Asian countries are not homogenous. They are in different stages of social and economic development, with cultural conditions and institutional and legal frameworks varying from one country to another. Therefore, how water can be successfully managed differs from one country to another. The book provides authoritative analyses of how water is being managed in different Asian countries, ranging from the world’s most populous countries like China and India to a city state like Singapore and an island country like Fiji. It also analyses in depth several wide ranging issues like terrorism, human rights, water-energy nexus, and roles of media, along with comprehensive discussions of legal, institutional and regulatory frameworks in an Asian water management context. The overall focus is on how water can be managed efficiently, cost-effectively and equitably in various Asian countries.
This book was based on a special issue of the International Journal of Water Resources Development.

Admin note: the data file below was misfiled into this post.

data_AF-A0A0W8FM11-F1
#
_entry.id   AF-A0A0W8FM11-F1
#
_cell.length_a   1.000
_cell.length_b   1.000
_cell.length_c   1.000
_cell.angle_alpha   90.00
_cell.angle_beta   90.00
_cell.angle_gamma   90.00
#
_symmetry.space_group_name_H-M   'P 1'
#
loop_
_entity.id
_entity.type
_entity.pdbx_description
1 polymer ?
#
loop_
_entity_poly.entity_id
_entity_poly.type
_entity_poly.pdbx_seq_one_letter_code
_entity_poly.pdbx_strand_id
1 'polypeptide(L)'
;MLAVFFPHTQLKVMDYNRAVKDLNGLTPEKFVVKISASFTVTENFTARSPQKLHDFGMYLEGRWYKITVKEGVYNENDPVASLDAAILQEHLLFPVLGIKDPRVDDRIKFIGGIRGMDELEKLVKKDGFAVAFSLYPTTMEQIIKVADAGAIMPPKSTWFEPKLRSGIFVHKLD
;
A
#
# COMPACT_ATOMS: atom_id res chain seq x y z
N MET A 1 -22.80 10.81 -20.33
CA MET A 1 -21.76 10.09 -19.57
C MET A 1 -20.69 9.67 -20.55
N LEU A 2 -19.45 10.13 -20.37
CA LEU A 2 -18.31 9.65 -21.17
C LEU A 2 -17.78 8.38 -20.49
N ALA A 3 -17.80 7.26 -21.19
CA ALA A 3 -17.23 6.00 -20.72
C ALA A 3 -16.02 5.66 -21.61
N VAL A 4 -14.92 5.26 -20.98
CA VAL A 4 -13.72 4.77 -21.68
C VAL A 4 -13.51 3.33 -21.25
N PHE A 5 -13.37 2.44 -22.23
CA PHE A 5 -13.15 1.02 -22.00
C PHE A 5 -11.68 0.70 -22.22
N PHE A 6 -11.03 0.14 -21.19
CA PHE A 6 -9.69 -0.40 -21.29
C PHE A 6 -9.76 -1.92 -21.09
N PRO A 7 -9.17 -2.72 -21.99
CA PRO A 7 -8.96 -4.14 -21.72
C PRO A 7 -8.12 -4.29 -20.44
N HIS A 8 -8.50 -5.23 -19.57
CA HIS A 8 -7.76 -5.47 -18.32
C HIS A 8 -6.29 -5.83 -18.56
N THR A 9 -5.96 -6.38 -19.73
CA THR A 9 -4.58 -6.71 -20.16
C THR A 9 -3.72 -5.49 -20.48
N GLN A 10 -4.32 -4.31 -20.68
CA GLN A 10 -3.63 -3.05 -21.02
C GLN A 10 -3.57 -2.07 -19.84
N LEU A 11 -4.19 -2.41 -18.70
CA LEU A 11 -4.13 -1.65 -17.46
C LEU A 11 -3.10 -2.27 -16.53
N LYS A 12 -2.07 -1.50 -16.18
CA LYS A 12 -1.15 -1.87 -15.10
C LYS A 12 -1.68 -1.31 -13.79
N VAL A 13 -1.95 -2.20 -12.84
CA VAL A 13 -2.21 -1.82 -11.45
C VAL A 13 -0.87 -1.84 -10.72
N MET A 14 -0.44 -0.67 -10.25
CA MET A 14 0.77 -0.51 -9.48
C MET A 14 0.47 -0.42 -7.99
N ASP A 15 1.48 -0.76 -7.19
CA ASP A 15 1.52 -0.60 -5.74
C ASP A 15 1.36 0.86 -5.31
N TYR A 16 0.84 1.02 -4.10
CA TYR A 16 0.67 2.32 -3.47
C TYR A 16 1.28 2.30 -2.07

1. Cooperation or Conflict in Transboundary Water Management: Case Study of South Asia 2. The Singapore-Malaysia Water Relationship 3. China’s Legal System for Water Management: Basic Challenges and Policy Recommendations 4. The Water-Energy Puzzle in Central Asia: The Tajikistan Perspective 5. The Emergence of Water as a ‘Human Right’ on the World Stage: Challenges and Opportunities 6. Terrorism – A New Perspective in the Water Management Landscape 7. Singapore Water Management Policies and Practices 8. Water Management in Fiji 9. Urban Water Systems – Factors for Successful Change? 10. Eliminating ‘Yuck’: A Simple Exposition of Media and Social Change in Water Reuse Policies 11. Agricultural Groundwater Management in Andhra Predesh, India: A Focus on free Electricity Policy and its Reform